The Billings Outpost

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What’s right with Billings

When I speak to groups I often ask, “What do you like about Billings?”

This takes some people off-guard as they came to voice complaints. But in a few seconds I begin to hear some of what they like. Then I begin to relate many of the things that I have learned by being on the City Council and visiting with each department.

The finance department has refinanced our bonds and saved us $6.8 million. We have installed new lighting and received $538,000 in rebates.

Parks and Rec took all of the seats from the old baseball stadium and built 100 gray picnic tables that we see in our various parks.

I have visited our treatment court for drug addicts and DUIs. Those who are there because of felonies have graduated with less than 7 percent recidivism.

Twenty-five people work around the clock to provide us the best drinking water in the state.

Each department has a board of citizen volunteers. Working together, they bring plans and ideas to the council.

The new Billings Public Library is another jewel to be proud of with an increasing volume of users.

Have you visited the new water conservation park south of King Avenue and west of Shiloh Road? One of the few in the Northwest.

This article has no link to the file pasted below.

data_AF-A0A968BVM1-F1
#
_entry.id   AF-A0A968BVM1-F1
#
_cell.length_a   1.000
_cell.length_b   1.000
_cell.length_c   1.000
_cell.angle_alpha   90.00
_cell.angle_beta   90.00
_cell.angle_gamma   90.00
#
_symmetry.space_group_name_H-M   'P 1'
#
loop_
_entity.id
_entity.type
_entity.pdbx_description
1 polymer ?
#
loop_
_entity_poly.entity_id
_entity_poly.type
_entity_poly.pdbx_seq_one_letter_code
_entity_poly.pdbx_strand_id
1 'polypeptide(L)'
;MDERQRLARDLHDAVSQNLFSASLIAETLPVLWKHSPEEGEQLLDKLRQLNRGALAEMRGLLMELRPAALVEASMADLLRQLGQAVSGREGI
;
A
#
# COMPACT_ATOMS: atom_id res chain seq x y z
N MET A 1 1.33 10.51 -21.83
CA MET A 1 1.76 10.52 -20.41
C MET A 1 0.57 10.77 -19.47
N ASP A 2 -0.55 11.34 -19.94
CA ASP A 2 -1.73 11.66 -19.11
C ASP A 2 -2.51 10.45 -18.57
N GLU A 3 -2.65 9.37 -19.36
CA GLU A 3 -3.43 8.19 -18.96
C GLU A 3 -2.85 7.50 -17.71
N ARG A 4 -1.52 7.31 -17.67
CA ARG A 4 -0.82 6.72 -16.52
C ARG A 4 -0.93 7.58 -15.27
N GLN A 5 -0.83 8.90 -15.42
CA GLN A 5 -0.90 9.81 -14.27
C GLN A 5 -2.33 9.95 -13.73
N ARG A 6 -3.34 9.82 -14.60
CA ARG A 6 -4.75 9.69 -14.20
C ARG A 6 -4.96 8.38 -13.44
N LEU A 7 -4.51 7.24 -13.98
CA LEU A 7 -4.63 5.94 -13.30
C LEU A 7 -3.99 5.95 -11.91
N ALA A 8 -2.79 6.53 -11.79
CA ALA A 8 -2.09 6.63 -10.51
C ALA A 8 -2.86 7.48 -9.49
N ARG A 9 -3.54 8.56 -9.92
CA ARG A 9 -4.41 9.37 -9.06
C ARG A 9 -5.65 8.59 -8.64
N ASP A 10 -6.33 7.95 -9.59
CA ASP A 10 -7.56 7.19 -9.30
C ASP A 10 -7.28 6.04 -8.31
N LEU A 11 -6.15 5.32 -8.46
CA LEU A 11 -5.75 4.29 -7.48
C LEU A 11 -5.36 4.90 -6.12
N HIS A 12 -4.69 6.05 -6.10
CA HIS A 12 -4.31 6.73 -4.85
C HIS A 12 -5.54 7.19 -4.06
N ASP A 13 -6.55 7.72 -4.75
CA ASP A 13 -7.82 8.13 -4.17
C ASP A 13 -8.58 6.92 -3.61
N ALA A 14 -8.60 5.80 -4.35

The Downtown Business Alliance is working closely with the city to place three men on the downtown streets to help get homeless men and women into treatment instead of jail.

Our police department has over 100 volunteers who have saved the department over $330,000 in one year.

Each department must maintain a reserve for replacement purchases. When the fire department needed a million dollar truck, since it had the cash, $100,000 was saved!

Most of the work of the city is done by our nine departments of 850 employees, their volunteer boards and the hundreds of volunteers who give of their time and energy to get things done. We are not perfect, but there are so many people and things for which to be thankful.

Kenneth Crouch

City Council, Ward 5

Last Updated on Wednesday, 02 September 2015 22:44

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Schmitz for City Council

I am writing in support of Nathan Schmitz, who is running for city councilman of Ward 4, the seat being vacated by Jani McCall. I have gotten to know him personally and professionally and am impressed by his dedication, intelligence and vision for the city he was born in.

Nathan has served as principal of Elder Grove Public School in Billings the past four years. With four generations of family living here, he wants to ensure that Billings continues to prosper and grow while retaining its Montana identity. He has solid business acumen and, as owner of Property Management Co. here, he appreciates and understands the value of the private business sector.